Brian Howey column: Dire Hoosier health and billions of surplus dollars | Columns

If you live in Carmel or Noblesville, statistically you will live about nine years longer than someone in Scottsburg, and about six years longer than a Hoosier who lives in the Gas City.

In the era of Hoosier political television, there have been seismic reports that have brought middling change. The Indiana School Reorganization Act of 1959 reduced the number of school districts from 966 to 402, but today there are 53 school corporations with fewer than 1,000 students.

In 2007, the Indiana Kernan-Shepard Commission on Local Government Reform, organized by Gov. Mitch Daniels. The commission recommended 27 changes, ranging from child welfare funding to school district reorganization.

It created one major shift: Property tax assessment duties were moved from all but 13 of the 1,005 cities to county offices.

On August 1, the Governor’s Public Health Commission released a 107-page report following the COVID-19 pandemic.

“It is clear that the COVID-19 pandemic is testing the public health system in a way not seen since the influenza pandemic of 1918,” the commission noted in a letter to Governor Eric Holcomb, who created the body.

“It became clear as we got deeper into this work that funding, governance structures, and workforces are going to be at the heart of many of the public health system’s challenges.”

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In its executive summary, the commission noted: “In fact, most of the gains in life expectancy achieved during the 20th Century – about 25 of the 30 additional years – were due to public health programs and interventions that focused on preventing people from getting sick or injured. First place and promoting health by encouraging healthy behaviors.

The commission noted that the results of longevity in the past century, however, are threatened by contemporary public health challenges involving addiction, obesity, smoking, obesity and vaccine-preventable diseases, although many Hoosiers ignore them.

“In fact,” the commission stated, “life expectancy in Indiana has declined since 2010, when it peaked at 77.5 years. Indiana’s life expectancy in 2019 was 77 years, nearly two years below the U.S. average of 78.8, placing us 40th in the country.

“Of greater concern is the gap between the Indiana county with the highest life expectancy and the county with the lowest life expectancy by nearly nine years. This is clear evidence of the health disparities that exist in our state.

According to senior demographer Matt Kinghorn of the Indiana Business Research Center at Indiana University, “In 1984, life expectancy at birth for Hamilton County residents was 1.1 years longer than for Scott County residents. By 2018, the gap between the two had grown to nearly nine years .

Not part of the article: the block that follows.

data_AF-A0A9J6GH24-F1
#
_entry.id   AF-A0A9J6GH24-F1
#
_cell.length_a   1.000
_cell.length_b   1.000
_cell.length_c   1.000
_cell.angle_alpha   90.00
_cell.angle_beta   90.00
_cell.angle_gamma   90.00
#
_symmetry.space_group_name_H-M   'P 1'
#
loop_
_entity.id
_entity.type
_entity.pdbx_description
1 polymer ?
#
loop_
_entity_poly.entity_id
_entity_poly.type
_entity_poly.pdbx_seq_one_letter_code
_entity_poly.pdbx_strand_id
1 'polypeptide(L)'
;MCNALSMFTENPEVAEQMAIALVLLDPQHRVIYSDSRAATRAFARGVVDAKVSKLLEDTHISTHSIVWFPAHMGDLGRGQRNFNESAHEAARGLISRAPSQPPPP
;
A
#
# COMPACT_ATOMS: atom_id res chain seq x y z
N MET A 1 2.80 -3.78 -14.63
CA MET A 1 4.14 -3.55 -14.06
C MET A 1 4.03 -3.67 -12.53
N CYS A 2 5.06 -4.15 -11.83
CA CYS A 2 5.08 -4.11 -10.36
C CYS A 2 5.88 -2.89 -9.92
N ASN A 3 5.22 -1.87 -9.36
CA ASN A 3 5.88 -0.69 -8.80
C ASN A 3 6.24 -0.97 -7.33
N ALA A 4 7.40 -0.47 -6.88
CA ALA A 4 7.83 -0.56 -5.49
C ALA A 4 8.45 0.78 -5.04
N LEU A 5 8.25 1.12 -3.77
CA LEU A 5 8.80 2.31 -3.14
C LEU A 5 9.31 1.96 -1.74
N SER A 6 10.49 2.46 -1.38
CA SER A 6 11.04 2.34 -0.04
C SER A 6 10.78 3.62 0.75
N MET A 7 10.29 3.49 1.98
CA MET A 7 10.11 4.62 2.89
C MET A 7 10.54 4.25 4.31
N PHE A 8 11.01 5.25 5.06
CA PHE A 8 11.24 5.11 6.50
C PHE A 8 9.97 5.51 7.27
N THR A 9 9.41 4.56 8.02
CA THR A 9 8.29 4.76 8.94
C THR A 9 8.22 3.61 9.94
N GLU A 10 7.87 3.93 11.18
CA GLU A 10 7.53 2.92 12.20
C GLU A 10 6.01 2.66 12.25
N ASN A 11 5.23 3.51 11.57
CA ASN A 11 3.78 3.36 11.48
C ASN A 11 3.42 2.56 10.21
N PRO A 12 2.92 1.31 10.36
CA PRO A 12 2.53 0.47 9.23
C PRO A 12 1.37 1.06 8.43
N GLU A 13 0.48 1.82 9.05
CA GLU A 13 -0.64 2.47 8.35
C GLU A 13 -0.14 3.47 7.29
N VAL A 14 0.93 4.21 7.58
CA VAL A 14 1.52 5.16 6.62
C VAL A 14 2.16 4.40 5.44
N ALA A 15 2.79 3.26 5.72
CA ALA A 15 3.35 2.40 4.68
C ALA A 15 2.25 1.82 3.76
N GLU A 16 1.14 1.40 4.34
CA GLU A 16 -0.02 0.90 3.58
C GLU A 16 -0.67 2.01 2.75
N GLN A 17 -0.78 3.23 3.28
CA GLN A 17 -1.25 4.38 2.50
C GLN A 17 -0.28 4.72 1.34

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Indiana’s emergency medical services have nearly doubled as the baby boom generation, from 758,115 in 2018 to 1,258,158 in 2021. However, that number has decreased:

Emergency ambulances, from more than 2,022 in 2018 to 1,789 in 2021.

EMS providers, from 24,145 in 2018 to 23,070 in 2021.

However, the number of ambulances and EMS providers has decreased from 24,145 in 2018 to 23,070 in 2021.

A third of Indiana counties are more than 45 minutes from the nearest trauma center. Some 33 counties do not have OB-GYN delivery rooms.

“Indiana ranks very well in economy, opportunity, education and public safety,” said Commission Co-Chairman Luke Kenley, who said he was shocked by the growing disparities.

“However, our public health metrics rank among the lowest in the nation. Businesses and industries need a healthy workforce to keep Indiana’s economy growing.

In its conclusion, the commission recommended $240 million in annual spending increases to “raise funding for county public health departments to the national average.”

Indiana ranks 48th in the nation for public health funding, spending approximately $55 per Hoosier on public health initiatives or $36 less than the national average of $91 per capita. In the early 1990s, Indiana ranked 26th in overall health outcomes; now we are ranked 40th.

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In the upcoming 2023 biennial budget session starting in January, the proposal will receive a vigorous debate in the General Assembly.

“I think it’s hard to swallow,” Senate President Pro Tem Rodric Bray said. “I don’t see us spending $480 million in the next budget on public health. I’m not even sure we’re sending that kind of money to local health departments to handle it well.

But here’s some heartening information: Indiana finished its last fiscal year with a record $6.1 billion surplus. Not taking public health, as Governor Holcomb said, “the next level” is avoiding the central dilemma facing tens of thousands of Hoosier families.

Or as Grant County Commissioner Mark Bardsley said, “Regarding public health, I’m not satisfied with adequate or average; we need a basic commitment that all Hoosiers have good public health services in every zip code in Indiana.

Grant County’s life expectancy is 75.3 years, six years lower than Hamilton County’s.

My comments to Sen. Bray and House Speaker Todd Huston are: Hoosiers need you to be creative and innovative. They need you to manage state assets beyond building smooth roads, balancing the budget, keeping tax rates low for businesses and sending rebates back to taxpayers.

Failure of imagination is not an option.



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